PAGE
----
Hell on Wheels’ Guns & Gear

In the next season we will be adding a short-barreled black powder percussion shotgun to the compliment of weapons and several of the main characters will be getting new guns. Lily Bell will get a double barrel Derringer, or what they used to call a muff pistol, to keep for her own protection. “Doc” Durant will set aside his old Pepperbox for a brand new Remington cartridge conversion, which would actually be a circa 1868 gun,” admits Kent, “so we are pushing it by a year or two, as we are with Elam Ferguson (played by actor/musician Common) who graduates from a worn 1851 Navy percussion pistol taken off an Irish roughneck to a new Open Top cartridge revolver—again pushing history just a tad, but these are more interesting guns for the characters and the evolution of their roles in the second season.”

Adds Shiban, “We are aware of the guns and how they were used in the period. There weren’t very many gunfights like the OK Corral, so we really want to keep it real and depict things more the way they were, which was pretty messy. It is like a scene in Season One where Cullen is teaching Elam how to shoot and he explains that its not about accuracy, its about being close and firing, and remembering to count your shots, and if you can, how many the other guy has fired! So no one is going to be doing quick draws, shooting off someone’s hat or shooting a gun out of someone’s hand on ‘Hell on Wheels.’”

The Largest Prop

The steam engine and train cars are the largest props of any television series in recent memory and the train was built entirely on location. Unlike the working steam engines seen in 3:10 to Yuma or True Grit, the “Hell on Wheels” engine is a mockup made from wood and styrofoam! The handmade steel wheels turn, the smokestack makes lots of heavy black smoke, but there’s no engine in the steam engine! So how does it manage to travel down more than 2,000 feet of rails? It is moved with a rail car pusher that is kept out of the shot. “As a moving prop ‘Doc’ Durant’s Union Pacific steam engine and rail cars are the most versatile set on the show,” says Shiban.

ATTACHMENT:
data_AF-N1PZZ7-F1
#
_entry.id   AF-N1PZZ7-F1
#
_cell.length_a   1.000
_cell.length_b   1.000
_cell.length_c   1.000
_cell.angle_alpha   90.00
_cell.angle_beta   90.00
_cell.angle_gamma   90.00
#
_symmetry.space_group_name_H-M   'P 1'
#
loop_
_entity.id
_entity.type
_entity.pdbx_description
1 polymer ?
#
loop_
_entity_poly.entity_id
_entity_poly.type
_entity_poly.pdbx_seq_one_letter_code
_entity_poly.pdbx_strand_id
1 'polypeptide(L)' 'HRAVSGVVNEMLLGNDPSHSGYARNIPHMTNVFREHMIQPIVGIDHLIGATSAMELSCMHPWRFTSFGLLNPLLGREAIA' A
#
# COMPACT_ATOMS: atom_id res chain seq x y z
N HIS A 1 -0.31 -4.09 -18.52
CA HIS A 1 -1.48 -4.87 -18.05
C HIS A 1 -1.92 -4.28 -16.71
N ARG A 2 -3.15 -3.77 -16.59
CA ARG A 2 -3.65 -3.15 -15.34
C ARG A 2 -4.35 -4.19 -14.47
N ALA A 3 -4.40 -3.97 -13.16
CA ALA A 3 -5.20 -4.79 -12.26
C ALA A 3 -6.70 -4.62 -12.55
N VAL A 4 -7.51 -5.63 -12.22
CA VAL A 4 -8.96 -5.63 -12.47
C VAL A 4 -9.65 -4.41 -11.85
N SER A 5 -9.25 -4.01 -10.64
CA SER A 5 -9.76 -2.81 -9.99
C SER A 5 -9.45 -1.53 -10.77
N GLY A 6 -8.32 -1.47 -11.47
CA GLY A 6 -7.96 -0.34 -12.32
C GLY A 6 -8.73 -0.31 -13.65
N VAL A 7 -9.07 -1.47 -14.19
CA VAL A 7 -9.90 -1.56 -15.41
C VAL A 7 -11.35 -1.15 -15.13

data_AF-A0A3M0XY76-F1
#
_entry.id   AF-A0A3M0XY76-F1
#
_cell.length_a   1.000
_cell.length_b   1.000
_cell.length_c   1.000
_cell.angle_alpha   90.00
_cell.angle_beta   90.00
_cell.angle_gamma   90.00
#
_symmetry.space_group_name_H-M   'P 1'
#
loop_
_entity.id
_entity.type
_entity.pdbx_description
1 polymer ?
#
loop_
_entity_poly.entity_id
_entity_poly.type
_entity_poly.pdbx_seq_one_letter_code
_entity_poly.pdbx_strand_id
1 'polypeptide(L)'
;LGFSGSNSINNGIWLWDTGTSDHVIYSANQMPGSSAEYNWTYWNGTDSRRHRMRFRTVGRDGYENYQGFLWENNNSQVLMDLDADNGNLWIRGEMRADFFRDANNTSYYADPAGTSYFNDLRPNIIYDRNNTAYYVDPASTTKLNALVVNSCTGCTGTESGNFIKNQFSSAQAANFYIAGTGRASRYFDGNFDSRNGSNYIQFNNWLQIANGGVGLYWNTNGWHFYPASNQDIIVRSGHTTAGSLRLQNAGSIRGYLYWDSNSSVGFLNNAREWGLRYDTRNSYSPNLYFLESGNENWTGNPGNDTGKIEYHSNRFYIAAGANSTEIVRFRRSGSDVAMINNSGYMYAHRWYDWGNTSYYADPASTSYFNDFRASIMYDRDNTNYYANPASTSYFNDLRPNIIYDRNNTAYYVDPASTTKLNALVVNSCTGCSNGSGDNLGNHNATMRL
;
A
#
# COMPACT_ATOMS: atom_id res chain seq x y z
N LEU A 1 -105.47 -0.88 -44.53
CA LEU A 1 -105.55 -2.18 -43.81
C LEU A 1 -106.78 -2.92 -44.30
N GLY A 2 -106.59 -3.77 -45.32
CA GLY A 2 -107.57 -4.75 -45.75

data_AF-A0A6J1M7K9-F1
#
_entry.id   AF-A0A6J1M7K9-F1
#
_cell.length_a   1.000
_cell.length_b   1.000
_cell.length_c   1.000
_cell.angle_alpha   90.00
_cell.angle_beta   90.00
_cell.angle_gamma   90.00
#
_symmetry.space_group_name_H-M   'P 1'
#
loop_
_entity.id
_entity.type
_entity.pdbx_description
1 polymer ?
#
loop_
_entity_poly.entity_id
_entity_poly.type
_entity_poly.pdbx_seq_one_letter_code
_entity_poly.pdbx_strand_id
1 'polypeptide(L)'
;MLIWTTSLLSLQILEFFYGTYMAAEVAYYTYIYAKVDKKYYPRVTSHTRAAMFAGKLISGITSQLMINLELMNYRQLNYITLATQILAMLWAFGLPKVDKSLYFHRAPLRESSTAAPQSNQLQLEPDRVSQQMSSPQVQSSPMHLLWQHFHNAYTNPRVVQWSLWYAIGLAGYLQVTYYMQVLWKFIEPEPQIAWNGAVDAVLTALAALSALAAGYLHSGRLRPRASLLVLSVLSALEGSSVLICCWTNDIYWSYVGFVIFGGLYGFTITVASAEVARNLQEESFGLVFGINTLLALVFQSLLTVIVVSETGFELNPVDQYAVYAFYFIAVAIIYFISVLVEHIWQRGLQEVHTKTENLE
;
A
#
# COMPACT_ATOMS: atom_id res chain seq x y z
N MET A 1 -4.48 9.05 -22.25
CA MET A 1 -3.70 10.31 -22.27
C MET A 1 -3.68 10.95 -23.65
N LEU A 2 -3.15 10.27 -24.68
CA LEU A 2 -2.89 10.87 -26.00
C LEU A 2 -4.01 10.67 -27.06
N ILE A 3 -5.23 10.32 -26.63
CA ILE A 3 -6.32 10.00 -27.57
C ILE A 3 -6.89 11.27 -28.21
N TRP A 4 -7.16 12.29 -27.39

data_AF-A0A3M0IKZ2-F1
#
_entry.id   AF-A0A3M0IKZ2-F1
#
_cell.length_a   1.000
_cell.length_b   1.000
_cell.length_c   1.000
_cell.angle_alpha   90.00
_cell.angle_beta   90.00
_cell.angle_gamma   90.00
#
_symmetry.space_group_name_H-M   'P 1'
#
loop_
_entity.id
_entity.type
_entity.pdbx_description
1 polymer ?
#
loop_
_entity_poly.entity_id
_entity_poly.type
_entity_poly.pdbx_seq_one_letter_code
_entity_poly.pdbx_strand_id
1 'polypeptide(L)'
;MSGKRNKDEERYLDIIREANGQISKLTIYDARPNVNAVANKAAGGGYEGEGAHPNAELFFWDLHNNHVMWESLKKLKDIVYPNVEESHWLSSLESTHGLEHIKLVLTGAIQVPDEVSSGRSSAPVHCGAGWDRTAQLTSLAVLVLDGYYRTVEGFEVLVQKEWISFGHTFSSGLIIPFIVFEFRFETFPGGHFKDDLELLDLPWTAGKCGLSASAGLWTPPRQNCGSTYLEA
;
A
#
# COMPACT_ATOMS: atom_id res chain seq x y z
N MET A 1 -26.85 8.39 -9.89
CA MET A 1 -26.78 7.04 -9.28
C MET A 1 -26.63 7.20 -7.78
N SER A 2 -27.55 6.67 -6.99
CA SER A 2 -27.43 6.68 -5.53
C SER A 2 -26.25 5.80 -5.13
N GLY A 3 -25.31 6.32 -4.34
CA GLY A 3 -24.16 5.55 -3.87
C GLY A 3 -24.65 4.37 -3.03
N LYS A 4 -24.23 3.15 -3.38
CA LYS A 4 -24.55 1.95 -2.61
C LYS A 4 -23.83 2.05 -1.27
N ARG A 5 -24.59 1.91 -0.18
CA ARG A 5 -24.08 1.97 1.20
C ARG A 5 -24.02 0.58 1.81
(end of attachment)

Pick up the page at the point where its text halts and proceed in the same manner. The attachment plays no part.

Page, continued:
“Our 19th century history is so rich and the building of the railroad is a great part of that period when America pursued its belief in Manifest Destiny,” says Shiban. “After the Civil War it was like a rebirth of the nation and how we got to where we are today underlines any storytelling. Some of the reasons people are drawn to the show is the period setting, and thanks to our amazing Calgary crew, who have done a lot of westerns in the past, it all feels very real to the audience.

We’re not trying to do a revisionist take on history either, we are trying to do a realistic story and that has been a real eye-opener for all of us—the writers, actors, everyone—because we are learning about the conflicts and issues of the time, and the impact the railroad had on the buffalo and on Native Americans. We are looking at more ways to portray that. We have even considered a scene where we come upon the aftermath of a buffalo slaughter because there is such a shocking bit of history there. I think in later seasons we will really start to see the effects this progress had, not only on the indigenous people but on nature. It is in truth still a lesson for today. We’re still struggling as a nation, still struggling with the haves and the have-nots, and the inequity of wealth, and we’re still struggling with blue collar versus white collar, all these issues are still relevant today. So ‘Hell on Wheels’ is, in many ways, an allegory of our times as well. Completing the Transcontinental Railroad in 1869 was the equivalent of putting a man on the moon a century later in 1969. It was a national event,” says Shiban. So, there really is a tie between westerns and science fiction after all!

Author’s Notes: Special thanks to Anson Mount, John Shiban, Ken Willis, and Brian Kent from “Hell on Wheels,” Kate Mann at AMC, Cimarron F.A. Co. in Fredericksburg, Texas, for providing the guns and clothing from “Hell on Wheels,”Alan and Donna Soellner at Chisholm’s Trail Leather for duplicating the Cullen Bohannon holster and belt, Taylor’s & Co. and Gary Rummell for creating the copy of the Bohannon Griswold, and Mark McNeeley and Chuck Ahearn/Allegheny Trade Co. in Duncansville, Pennsylvania for special assistance with this article.